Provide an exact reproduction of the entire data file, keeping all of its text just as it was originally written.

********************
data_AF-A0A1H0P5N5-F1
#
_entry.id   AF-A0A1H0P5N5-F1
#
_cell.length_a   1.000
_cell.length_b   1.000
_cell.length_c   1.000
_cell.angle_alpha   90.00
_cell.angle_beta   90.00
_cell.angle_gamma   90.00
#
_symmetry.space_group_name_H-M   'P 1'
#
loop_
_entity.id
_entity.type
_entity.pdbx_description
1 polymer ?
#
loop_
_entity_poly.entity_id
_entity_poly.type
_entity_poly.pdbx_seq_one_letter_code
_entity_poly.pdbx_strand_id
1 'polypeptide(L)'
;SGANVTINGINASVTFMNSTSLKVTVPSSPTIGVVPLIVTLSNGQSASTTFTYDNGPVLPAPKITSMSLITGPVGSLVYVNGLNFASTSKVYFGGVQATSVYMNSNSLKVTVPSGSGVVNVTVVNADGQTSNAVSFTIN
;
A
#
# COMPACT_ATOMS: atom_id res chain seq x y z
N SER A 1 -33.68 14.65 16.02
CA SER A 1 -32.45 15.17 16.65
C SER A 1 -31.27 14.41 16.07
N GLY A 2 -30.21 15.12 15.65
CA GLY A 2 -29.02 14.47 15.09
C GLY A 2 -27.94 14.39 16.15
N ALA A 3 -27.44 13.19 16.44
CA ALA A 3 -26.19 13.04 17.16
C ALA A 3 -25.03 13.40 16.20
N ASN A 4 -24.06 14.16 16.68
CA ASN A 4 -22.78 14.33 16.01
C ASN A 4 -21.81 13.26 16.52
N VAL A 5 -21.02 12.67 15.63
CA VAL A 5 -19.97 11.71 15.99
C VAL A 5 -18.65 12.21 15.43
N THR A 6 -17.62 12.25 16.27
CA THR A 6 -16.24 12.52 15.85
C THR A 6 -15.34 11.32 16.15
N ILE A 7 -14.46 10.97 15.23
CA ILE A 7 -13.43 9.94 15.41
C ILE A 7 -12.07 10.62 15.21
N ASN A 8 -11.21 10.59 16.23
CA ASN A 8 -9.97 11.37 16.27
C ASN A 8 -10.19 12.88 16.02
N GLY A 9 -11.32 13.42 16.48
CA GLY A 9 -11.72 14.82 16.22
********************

data_AF-A0A1H0P5N5-F1
#
_entry.id   AF-A0A1H0P5N5-F1
#
_cell.length_a   1.000
_cell.length_b   1.000
_cell.length_c   1.000
_cell.angle_alpha   90.00
_cell.angle_beta   90.00
_cell.angle_gamma   90.00
#
_symmetry.space_group_name_H-M   'P 1'
#
loop_
_entity.id
_entity.type
_entity.pdbx_description
1 polymer ?
#
loop_
_entity_poly.entity_id
_entity_poly.type
_entity_poly.pdbx_seq_one_letter_code
_entity_poly.pdbx_strand_id
1 'polypeptide(L)'
;SGANVTINGINASVTFMNSTSLKVTVPSSPTIGVVPLIVTLSNGQSASTTFTYDNGPVLPAPKITSMSLITGPVGSLVYVNGLNFASTSKVYFGGVQATSVYMNSNSLKVTVPSGSGVVNVTVVNADGQTSNAVSFTIN
;
A
#
# COMPACT_ATOMS: atom_id res chain seq x y z
N SER A 1 -33.68 14.65 16.02
CA SER A 1 -32.45 15.17 16.65
C SER A 1 -31.27 14.41 16.07
N GLY A 2 -30.21 15.12 15.65
CA GLY A 2 -29.02 14.47 15.09
C GLY A 2 -27.94 14.39 16.15
N ALA A 3 -27.44 13.19 16.44
CA ALA A 3 -26.19 13.04 17.16
C ALA A 3 -25.03 13.40 16.20
N ASN A 4 -24.06 14.16 16.68
CA ASN A 4 -22.78 14.33 16.01
C ASN A 4 -21.81 13.26 16.52
N VAL A 5 -21.02 12.67 15.63
CA VAL A 5 -19.97 11.71 15.99
C VAL A 5 -18.65 12.21 15.43
N THR A 6 -17.62 12.25 16.27
CA THR A 6 -16.24 12.52 15.85
C THR A 6 -15.34 11.32 16.15
N ILE A 7 -14.46 10.97 15.23
CA ILE A 7 -13.43 9.94 15.41
C ILE A 7 -12.07 10.62 15.21
N ASN A 8 -11.21 10.59 16.23
CA ASN A 8 -9.97 11.37 16.27
C ASN A 8 -10.19 12.88 16.02
N GLY A 9 -11.32 13.42 16.48
CA GLY A 9 -11.72 14.82 16.22